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So, you want to be a Voice Over? | Sarah Sealey
So, you want to be a Voice Over? I’m sure all the dazzling tales of working from home, earning money just by using your voice, getting an agent and doing fabulous sessions in glamorous sounding studios are making you salivate at the thought. Surely this is an EASY way to earn money, right? Well, think again.
Yes, when you are established and doing well, it’s a great industry to be in, but too many ‘newbies’ are seriously underestimating what it takes to get into the industry, and as such are agreeing to do unpaid or low paid work which is a) doing them no favours and b) actually slowly killing the very industry they want to get involved in.
I’ve seen too many stories on Voiceover Groups of aspiring talents wanting to make it big and not understanding why they aren’t getting anywhere. I’ve read their posts moaning that they are having no luck, that they’ve been voicing for years FOR FREE but are unable to book a paid job, and that they are still waiting for ‘their lucky break’.
Let me let you into a secret- luck has NOTHING to do it with it. It’s simply a case of hard work, dedication and doing EVERYTHING you can to open doors.
First off- you have to have TALENT.
Your mum might say you have a great voice, but a VO agent or casting director may think you are simply uncastable. Surround yourself with people who you trust to give you the right answers- not ‘yes men’ who simply tell you want you want to hear.
There are plenty of people out there will happily tell you that you are great if you are paying them for something. You need to get honest advice from someone who books and/or hires talent. If you aren’t good enough- please don’t waste time chasing a dream that just won’t happen.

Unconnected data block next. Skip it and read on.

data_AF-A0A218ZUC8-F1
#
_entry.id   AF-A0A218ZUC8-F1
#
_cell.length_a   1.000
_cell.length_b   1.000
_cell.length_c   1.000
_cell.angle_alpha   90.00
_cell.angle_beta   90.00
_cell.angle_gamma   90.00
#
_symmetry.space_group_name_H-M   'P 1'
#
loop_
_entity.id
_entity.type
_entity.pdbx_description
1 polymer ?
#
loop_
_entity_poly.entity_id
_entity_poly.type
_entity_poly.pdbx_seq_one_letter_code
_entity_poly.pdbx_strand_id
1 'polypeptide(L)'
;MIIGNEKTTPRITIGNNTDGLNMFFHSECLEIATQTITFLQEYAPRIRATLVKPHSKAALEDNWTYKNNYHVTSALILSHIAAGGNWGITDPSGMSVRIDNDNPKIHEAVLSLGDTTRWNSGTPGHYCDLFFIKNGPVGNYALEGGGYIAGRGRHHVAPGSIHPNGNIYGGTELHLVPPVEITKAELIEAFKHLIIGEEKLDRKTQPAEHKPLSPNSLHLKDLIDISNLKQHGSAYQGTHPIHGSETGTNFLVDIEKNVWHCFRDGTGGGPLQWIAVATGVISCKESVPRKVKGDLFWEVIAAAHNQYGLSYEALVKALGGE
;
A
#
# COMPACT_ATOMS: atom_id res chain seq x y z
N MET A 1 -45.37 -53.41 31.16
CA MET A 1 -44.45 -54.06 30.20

TRAIN, LEARN and PRACTICE. Make sure that you are going to acting classes, regularly attending coaching workshops, or better still, get yourself an awesome VO coach. Even A List Hollywood actors keep on training when they are earning millions- which means you should be doing even more training, and then some.
Read articles and stories out loud, record it on your phone and listen back- read out loud as much as you can and work on your craft. There are plenty of resources online to find scripts from commercials and narrations that you can practise with. Google is your friend here.
Doing silly voices that have been done a million times before won’t book you a gig- there are LOADS of people out there who already do that, and you are simply a tiny fish in a MASSIVE pond. Be YOU. Create YOUR sound, YOUR voice. You are your own USP. People will book you for how you personally sound and bring something to life.
When you have done enough training and feel like you are ready to make the next step, get some PROFESSIONALLY made showreels recorded. But only get reels done WHEN YOU ARE READY.
Only get these recorded with reputable companies who are recognised as being good by working professional voiceovers, casting directors and agents. Please don’t try to do it yourself at home. Just don’t. You might think you sound great and that your editing skills are sublime, but those dodgy effects and background music you found on the internet will smell of a dodgy homemade reel from a mile off.
And you’ll need a seasoned showreel director to guide you through the process- telling you in the session when you need to record another take, that you need to change this or that with your voice, to be louder, softer, more ‘real’ sounding. This is all very intricate, clever stuff and you need someone who does this day in, day out to get a reel that you’ll be proud enough of to send to producers, production houses and agents.
BUILD A STUDIO
Once you’ve done a lot of training and got a great reel, then the hard work REALLY starts.